Obsession with food is evidently part of the human condition. Today in our civilization of abundance we have cooking networks, stores devoted to the tools of food preparation, and, of course, businesses that prepare and serve food of nearly every imaginable variety. During the Middle Ages, however, that obsession had a different focus, with the relative scarcity of food and the more limited resources for preparation leading to more of a focus on questions of availability and distinctions based more clearly upon class.
Chris Woolgar's book is a study of of that different culture. Drawing upon a range of resources, he describes the variety of foods available for the medieval English palette and how they prepared them. As he notes at the start, food was central to the lives of people in ways that often were obscured by their ubiquity, even to the point where it was central to the common religious ritual of the mass. Their cuisine was more limited than is the case today, with grains more central to the diet and meat uncommon to all but the elite table. Yet it is a misconception to regard the diet as dull, as herbs, spices, and sweeteners often enlivened the taste of the foods available to them, often in the form of sauces and other supplements to their food preparation.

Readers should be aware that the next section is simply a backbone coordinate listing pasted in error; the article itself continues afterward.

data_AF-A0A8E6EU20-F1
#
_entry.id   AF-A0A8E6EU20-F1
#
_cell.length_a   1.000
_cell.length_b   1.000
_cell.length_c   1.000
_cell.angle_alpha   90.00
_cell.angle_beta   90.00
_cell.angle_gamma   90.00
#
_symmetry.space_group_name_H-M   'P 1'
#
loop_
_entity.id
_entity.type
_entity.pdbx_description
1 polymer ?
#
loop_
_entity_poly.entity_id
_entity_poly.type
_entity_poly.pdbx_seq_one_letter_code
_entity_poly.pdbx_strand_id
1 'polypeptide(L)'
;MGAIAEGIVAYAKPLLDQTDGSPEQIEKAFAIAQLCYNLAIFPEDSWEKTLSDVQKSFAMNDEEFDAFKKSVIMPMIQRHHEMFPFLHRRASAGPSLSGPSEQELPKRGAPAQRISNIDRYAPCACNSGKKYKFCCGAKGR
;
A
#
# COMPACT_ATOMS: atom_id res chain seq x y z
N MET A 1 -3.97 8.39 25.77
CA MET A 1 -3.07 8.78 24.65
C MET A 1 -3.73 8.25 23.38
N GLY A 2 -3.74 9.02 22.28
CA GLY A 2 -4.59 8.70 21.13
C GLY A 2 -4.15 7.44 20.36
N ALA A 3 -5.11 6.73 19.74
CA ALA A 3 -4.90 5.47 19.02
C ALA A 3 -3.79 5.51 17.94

Encompassing everything from hunger to tastes Woolgar's book is an impressively broad study of its subject. By approaching the medieval English through their food he makes them accessible in a way few studies have before his, thanks to an approach that is never less than interesting in its insights and conclusions. Thanks to it we have a window into the lives of the English that shows both how different their lives were and yet how relatable they are to us today.